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Apple Macintosh, iPod, iPad and iPhone news and advice in Dublin, Ireland


Apple Ireland meets PC World

In recent months, Apple has launched a number of "store-within-store" experiments in PC World outlets in Dublin. This involves Apple agreeing to take over a section of a PC World store, and turning it into a mini-Apple store, with an Apple employed staff member.

Apple Store in Ireland's PC World

Let's step back on this for a moment. In the US in the late 90s, Apple tried something similar in CompuUSA stores in the US, where they sectioned off a part of their stores and then controlled the retail experience within these outlets. Up to this point, these types of PC sellers offered poor, ill informed advice to consumers, and so the perception of Apple products was being tarnished. In the longer term these "store-in-store" experiments led to the current Apple retail stores, and you have to wonder if Apple used this as a learning experiment. The end goal was Apple-run stores, so dipping their toes in by taking over a section of a would-be rival's store was a great way to gain new perspectives.

Roll forward to 2009, and Apple has a heavy retail presence in the US and closer to home in the UK. Consumers in both the UK and Ireland know about Apple retail stores. We have spoken to many consumers who do not own a Mac, but are aware of Apple Stores and their reputation. Therefore this is an interesting backdrop for Apple's move into three PC World stores in Ireland.

Firstly looking at the Apple Ireland website, it lists three outlets, with two in Dublin and one in Cork:

PC World Airside
Unit 11
Airside Retail Park
Co. Dublin

PC World Cork
Unit 5
Mahon Point Retail Park

PC World Liffey Valley
Liffey Valley Retail Park
Fonthill Road
Dublin 22

Currently there are no phone numbers for these stores. If you look at the PC World website, there are no contact details and no reference to the Apple presence. Not a good start. The Apple site has no further information, and so it does not seem to be possible to phone any of these stores to check stock before you set out on your journey. As a consultancy who recommends to clients where to buy their gear, it is impossible to recommend that they drive to Liffey Valley on the off chance they have a power adapter or any accessory.

So what are these stores like to visit? We called into the store in Liffey Valley on three occasions:
1/ first visit was on 22nd October 2009, and was a huge disappointment. There was no staff, and of the six Macs on the main display table, three either had a kernel panic screen or were frozen.

Apple PC World Store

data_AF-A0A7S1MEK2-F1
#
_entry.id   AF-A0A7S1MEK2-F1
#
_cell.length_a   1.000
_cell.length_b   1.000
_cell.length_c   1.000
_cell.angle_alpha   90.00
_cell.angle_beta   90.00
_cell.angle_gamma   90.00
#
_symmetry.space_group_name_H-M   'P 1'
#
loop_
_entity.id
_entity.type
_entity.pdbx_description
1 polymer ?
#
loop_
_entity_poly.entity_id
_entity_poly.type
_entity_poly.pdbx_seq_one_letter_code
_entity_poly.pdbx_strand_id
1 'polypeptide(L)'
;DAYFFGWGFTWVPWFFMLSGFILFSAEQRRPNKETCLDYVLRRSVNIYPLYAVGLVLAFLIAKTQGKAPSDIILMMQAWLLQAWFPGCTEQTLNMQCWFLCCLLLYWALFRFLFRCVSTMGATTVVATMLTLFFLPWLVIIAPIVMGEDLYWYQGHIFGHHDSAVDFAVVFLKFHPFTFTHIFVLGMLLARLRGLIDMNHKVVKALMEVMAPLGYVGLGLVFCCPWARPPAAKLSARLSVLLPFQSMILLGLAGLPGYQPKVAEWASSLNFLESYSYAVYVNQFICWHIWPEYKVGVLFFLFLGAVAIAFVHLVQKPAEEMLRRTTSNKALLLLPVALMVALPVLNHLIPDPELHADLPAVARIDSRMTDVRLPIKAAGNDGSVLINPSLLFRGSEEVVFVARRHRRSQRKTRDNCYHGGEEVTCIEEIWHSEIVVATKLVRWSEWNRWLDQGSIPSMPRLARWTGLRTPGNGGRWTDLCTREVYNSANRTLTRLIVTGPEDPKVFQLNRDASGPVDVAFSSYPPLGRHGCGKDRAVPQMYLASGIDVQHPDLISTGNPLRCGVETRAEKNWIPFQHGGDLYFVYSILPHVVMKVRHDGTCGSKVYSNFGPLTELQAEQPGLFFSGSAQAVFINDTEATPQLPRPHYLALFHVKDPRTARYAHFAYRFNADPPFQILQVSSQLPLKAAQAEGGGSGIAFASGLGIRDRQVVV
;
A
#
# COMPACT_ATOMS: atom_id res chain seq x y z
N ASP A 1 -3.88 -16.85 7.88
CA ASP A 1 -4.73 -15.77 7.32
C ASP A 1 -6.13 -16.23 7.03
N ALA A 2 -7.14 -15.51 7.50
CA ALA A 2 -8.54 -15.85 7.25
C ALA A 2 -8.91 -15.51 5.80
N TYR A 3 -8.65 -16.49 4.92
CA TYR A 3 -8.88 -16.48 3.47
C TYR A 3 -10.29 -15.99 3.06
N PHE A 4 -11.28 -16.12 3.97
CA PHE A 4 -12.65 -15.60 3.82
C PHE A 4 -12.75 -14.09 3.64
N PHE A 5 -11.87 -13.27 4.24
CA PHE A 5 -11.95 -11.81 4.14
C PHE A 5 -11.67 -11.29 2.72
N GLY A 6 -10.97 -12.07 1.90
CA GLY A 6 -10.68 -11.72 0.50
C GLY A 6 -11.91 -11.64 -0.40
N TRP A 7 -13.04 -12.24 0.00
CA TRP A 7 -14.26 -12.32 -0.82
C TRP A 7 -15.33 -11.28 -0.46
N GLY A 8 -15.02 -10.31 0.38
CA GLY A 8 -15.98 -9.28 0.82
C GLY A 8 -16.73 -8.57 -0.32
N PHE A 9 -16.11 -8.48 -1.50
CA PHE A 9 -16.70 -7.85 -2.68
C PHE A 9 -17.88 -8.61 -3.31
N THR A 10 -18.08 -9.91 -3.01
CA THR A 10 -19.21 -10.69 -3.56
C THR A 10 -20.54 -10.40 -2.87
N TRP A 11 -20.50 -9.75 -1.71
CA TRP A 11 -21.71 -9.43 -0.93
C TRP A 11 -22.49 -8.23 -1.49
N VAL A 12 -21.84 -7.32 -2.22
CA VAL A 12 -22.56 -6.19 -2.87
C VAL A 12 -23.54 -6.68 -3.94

2/ on the second visit, the store had changed, and the Apple area had been moved closer to the door. This time it was staffed by a very helpful Apple employee. The Macs were up and running again, and there was a good number of customers looking at the section. This was a Saturday afternoon.

Apple PC World Store section.jpg

3/ the third visit was on a Tuesday. For some reason Apple do not staff their section 7 days a week. This day there was no staff member available, and so again one of the Macs was not working, and the PC World staff were hopeless when asked some questions about the Apple products and availability.

Overall here are our pluses and minuses-

- an Apple presence is an improvement over what was a poor Mac retail presence in Ireland, and so has to be welcomed
- the staff member we met was enthusiastic and a credit to Apple
- the area, when staffed, was neat and presentable
- there was a good range of Macs on show
- there were few accessories also available

- this concept is half-baked. The area is only staffed on five out of seven days
- the range of accessories is poor, and all items are in horrible plastic boxes- you can't hold or touch the packs
- there is no phone number for the Apple areas
- this is still PC World. You can't get away from having to pay at the PC World checkouts, and deal with the rude PC World staff

Overall we have been very disappointed by this endeavour. The notion is good, and the staff seem to be well informed and enthusiastic. However Apple Ireland and the UK must surely realise the huge flaw in this exercise. The Irish consumer is not isolated from Apple advertising; any internet user will see Apple adverts and will be aware of the Apple retail store experience in other countries. What the Irish consumer is being offered is a partial idea, and one which falls well short of expectations. As a retail experience, this is poorly executed. It fails to understand the Apple brand, and fails to deliver on the brand's values. For a company as strong as Apple, consumers arrive with a set of expectations. Through the UK and US Apple retail stores, many consumers have visited a store or have some second-hand knowledge of these retail outlets.

This venture misses consumer expectations in 2009, and we can only assume that there is a strategy at work here. If Apple have embarked on this as a stepping stone to a full retail presence in Ireland, then we can appreciate the path they are on. However if these store-within-store experiments are the end of the road, we can only be left disappointed that it falls so short of what a modern internet-literate consumer expects.

Simon Spence/2009

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